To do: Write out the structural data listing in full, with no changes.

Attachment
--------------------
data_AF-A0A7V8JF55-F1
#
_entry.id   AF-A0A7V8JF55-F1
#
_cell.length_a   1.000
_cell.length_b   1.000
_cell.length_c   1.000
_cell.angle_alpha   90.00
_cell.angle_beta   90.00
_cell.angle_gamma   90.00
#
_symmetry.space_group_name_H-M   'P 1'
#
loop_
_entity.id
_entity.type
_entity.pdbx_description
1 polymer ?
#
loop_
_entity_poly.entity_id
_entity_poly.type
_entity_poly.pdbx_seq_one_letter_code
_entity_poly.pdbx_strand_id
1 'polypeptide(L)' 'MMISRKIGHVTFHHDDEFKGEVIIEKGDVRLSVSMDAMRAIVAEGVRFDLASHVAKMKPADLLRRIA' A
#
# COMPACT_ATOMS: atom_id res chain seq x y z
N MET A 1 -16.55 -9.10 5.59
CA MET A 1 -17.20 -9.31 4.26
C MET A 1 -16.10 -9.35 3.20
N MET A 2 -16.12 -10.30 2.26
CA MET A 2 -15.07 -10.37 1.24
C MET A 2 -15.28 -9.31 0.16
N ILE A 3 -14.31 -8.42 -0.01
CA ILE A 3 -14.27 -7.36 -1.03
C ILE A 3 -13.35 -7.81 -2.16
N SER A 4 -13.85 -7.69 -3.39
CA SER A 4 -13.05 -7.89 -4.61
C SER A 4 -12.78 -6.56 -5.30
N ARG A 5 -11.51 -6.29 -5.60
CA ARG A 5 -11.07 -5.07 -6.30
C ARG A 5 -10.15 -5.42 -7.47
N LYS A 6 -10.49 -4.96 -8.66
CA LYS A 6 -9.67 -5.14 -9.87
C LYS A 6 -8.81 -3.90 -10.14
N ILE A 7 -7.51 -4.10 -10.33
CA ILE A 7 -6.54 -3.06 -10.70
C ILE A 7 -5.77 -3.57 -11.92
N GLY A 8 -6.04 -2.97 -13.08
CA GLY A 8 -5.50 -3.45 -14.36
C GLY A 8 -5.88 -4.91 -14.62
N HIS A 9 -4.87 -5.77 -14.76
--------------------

data_AF-A0A7V8JF55-F1
#
_entry.id   AF-A0A7V8JF55-F1
#
_cell.length_a   1.000
_cell.length_b   1.000
_cell.length_c   1.000
_cell.angle_alpha   90.00
_cell.angle_beta   90.00
_cell.angle_gamma   90.00
#
_symmetry.space_group_name_H-M   'P 1'
#
loop_
_entity.id
_entity.type
_entity.pdbx_description
1 polymer ?
#
loop_
_entity_poly.entity_id
_entity_poly.type
_entity_poly.pdbx_seq_one_letter_code
_entity_poly.pdbx_strand_id
1 'polypeptide(L)' 'MMISRKIGHVTFHHDDEFKGEVIIEKGDVRLSVSMDAMRAIVAEGVRFDLASHVAKMKPADLLRRIA' A
#
# COMPACT_ATOMS: atom_id res chain seq x y z
N MET A 1 -16.55 -9.10 5.59
CA MET A 1 -17.20 -9.31 4.26
C MET A 1 -16.10 -9.35 3.20
N MET A 2 -16.12 -10.30 2.26
CA MET A 2 -15.07 -10.37 1.24
C MET A 2 -15.28 -9.31 0.16
N ILE A 3 -14.31 -8.42 -0.01
CA ILE A 3 -14.27 -7.36 -1.03
C ILE A 3 -13.35 -7.81 -2.16
N SER A 4 -13.85 -7.69 -3.39
CA SER A 4 -13.05 -7.89 -4.61
C SER A 4 -12.78 -6.56 -5.30
N ARG A 5 -11.51 -6.29 -5.60
CA ARG A 5 -11.07 -5.07 -6.30
C ARG A 5 -10.15 -5.42 -7.47
N LYS A 6 -10.49 -4.96 -8.66
CA LYS A 6 -9.67 -5.14 -9.87
C LYS A 6 -8.81 -3.90 -10.14
N ILE A 7 -7.51 -4.10 -10.33
CA ILE A 7 -6.54 -3.06 -10.70
C ILE A 7 -5.77 -3.57 -11.92
N GLY A 8 -6.04 -2.97 -13.08
CA GLY A 8 -5.50 -3.45 -14.36
C GLY A 8 -5.88 -4.91 -14.62
N HIS A 9 -4.87 -5.77 -14.76